Madhouse

This 1974 film is on the flip slide of the Theatre of Blood DVD. If not for that, I don’t suppose I would’ve known about it or been able to watch it repeatedly. I’m certain I never saw it when I watched these kinds of movies on late-night TV in the 1970s and ‘80s. It’s an AIP/Amicus collaboration, featuring one major horror-film icon from each studio: Vincent Price and Peter Cushing.

Dr. DeathWe start with a scene set 12 years ago at a New Year’s Eve party in Hollywood, although it doesn’t look much like the early ‘60s. Horror-film star Paul Toombes (Price) is showing the latest film from his wildly successful series of Dr. Death movies.

AIP’s contribution to this film wasn’t just Vincent Price for the current project, but Price’s earlier work. The clips from the Dr. Death movies that we’ll see throughout Madhouse are actually from Roger Corman’s mostly Poe-based AIP films. These were the movies I did watch on late-night TV in my youth, so part of the fun in watching this is being able to identify them.

The film shown here is the ending of that Poe’d-up adaptation of Lovecraft’s “The Case of Charles Dexter Ward,” Haunted Palace (which I really am going to review one of these days; I’ve been saying so for years). It’s been edited to dub in a line or two about Dr. Death and to insert shots of Price in his distinctive Dr. Death makeup.

After the film is over, Paul announces his engagement to Ellen, an actress much younger than himself. Among the people there to congratulate the couple is an old acquaintance of the prospective bride, Oliver Quayle (Robert Quarry); he’s is a slimy producer who makes adult films, and he immediately spoils things by cheerfully informing Paul that Ellen began her career by working for him in nudie movies. Paul is horrified and takes this to mean that she’s “on the make” and only marrying him for his money. The engagement is off, which puts a damper on the party.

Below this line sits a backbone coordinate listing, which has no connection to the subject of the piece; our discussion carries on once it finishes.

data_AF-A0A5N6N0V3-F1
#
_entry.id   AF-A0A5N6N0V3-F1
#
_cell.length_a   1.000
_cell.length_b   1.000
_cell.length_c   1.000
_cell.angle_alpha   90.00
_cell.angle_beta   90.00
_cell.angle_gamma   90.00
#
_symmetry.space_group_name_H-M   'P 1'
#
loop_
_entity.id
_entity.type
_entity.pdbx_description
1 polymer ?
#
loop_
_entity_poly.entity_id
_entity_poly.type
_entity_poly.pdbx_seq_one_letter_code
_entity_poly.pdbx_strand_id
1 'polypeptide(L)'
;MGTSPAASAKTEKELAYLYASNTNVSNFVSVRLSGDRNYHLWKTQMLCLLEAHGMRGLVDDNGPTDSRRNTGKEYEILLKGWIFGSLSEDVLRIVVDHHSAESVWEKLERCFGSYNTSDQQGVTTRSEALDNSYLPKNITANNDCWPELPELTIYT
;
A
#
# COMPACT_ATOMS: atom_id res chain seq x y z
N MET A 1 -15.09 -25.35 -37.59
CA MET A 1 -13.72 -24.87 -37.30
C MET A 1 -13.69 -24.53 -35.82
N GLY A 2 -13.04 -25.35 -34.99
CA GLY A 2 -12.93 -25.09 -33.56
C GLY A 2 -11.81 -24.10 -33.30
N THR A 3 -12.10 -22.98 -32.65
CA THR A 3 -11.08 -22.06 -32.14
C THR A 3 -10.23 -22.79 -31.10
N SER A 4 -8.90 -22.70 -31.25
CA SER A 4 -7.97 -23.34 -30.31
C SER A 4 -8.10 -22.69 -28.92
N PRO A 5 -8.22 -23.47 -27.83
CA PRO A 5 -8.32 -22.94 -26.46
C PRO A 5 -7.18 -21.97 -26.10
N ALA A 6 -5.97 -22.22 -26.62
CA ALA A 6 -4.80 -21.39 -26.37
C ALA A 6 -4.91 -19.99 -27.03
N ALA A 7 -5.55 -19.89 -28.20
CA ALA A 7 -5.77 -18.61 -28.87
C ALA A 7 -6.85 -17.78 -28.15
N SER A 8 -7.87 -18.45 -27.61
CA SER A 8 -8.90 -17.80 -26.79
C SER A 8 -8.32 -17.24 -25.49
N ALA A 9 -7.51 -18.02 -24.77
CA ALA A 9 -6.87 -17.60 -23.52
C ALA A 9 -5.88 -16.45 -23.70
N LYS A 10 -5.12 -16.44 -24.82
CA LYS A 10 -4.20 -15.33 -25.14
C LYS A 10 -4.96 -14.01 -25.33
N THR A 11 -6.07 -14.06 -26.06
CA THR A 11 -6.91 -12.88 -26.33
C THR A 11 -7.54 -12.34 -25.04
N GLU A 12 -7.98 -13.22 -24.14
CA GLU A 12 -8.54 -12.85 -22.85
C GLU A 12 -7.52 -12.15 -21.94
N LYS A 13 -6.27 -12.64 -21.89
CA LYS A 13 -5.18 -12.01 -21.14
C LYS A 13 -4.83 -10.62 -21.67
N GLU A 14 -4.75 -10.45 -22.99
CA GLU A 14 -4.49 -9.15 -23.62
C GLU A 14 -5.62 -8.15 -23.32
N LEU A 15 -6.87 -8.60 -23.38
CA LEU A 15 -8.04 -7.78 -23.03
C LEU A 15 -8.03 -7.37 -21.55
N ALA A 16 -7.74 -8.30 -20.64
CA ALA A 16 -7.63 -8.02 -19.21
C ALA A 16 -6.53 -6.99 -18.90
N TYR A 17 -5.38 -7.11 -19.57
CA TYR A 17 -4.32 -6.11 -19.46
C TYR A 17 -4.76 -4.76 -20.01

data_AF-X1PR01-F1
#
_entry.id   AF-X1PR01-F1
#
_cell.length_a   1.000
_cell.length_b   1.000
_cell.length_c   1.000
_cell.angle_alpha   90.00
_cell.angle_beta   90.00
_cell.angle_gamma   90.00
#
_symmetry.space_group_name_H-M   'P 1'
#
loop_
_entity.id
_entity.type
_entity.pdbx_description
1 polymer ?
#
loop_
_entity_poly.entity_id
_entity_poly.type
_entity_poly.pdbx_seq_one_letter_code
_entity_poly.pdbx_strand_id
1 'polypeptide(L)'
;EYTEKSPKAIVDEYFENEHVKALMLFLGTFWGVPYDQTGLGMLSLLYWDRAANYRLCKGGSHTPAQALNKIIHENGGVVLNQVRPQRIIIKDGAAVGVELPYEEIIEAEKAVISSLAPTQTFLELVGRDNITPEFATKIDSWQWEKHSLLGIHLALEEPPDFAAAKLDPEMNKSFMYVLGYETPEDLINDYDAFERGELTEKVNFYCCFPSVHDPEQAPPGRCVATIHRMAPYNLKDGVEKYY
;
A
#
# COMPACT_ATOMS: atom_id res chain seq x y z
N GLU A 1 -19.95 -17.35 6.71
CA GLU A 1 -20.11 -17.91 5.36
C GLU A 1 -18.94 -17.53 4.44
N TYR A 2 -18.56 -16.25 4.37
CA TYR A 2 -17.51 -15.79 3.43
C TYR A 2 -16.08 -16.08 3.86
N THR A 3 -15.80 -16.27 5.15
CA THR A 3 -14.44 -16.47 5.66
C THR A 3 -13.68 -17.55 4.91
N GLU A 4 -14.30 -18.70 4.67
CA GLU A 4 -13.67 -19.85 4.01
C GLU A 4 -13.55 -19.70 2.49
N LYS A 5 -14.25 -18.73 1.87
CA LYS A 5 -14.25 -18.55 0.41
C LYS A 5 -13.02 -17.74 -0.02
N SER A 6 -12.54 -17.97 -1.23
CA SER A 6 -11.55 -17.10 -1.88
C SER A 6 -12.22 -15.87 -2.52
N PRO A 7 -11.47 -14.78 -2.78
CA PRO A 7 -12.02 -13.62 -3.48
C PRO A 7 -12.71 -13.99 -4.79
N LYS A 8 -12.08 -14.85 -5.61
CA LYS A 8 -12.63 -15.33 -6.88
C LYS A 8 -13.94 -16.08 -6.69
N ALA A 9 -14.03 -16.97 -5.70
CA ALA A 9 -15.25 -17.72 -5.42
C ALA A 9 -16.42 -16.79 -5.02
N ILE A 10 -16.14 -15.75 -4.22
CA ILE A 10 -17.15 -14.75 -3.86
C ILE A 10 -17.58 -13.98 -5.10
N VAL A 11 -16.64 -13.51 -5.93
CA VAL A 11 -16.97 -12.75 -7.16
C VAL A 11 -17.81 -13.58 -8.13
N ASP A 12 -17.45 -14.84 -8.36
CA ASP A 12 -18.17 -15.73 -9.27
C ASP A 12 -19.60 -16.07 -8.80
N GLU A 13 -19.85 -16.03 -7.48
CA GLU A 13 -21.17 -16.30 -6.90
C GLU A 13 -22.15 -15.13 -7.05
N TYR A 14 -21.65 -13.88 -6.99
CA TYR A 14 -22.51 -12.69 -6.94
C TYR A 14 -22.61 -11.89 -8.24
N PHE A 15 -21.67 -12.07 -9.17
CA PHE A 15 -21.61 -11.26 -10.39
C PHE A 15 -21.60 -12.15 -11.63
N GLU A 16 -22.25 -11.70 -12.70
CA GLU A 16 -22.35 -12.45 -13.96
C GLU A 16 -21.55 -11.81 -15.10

Paul goes off to sulk and Ellen goes upstairs to cry and powder her nose at a fancy and well-lit vanity table—and then get murdered by someone dressed in the Dr. Death cloak, fedora, and black gloves, wearing a skull-mask.

Dead Ellen

After the opening credits, Paul realizes that his fiancée’s early career has nothing to do with her feelings for him and goes to apologize to her for being an ass. He finds her sitting at the vanity table just at the stroke of midnight, but when he touches her, her head falls off.

This beheading has left surprisingly little blood on the fluffy white carpet or furniture.

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The Witches

Also known as The Devil’s Own, which was the title of the book this film was based on.

The Witches is a fairly obscure and peculiar little mid-60s film from the British Hammer Studio. The screenplay was written by Nigel Kneale, but it’s not his original material. It stars an actress one doesn’t normally associate with horror films: Joan Fontaine. Yes, that Joan Fontaine, of Rebecca, Suspicion, and Jane Eyre. The great actresses of her generation did dabble in horror during this period, late in their careers, and this is her turn. IMDB has a story that she bought the rights to the book so she could star in the movie version, then retired when it flopped. I’ve no idea how much of that’s true.

African knifeThere’s one other very peculiar peculiarity about this film, but I’ll get to that later.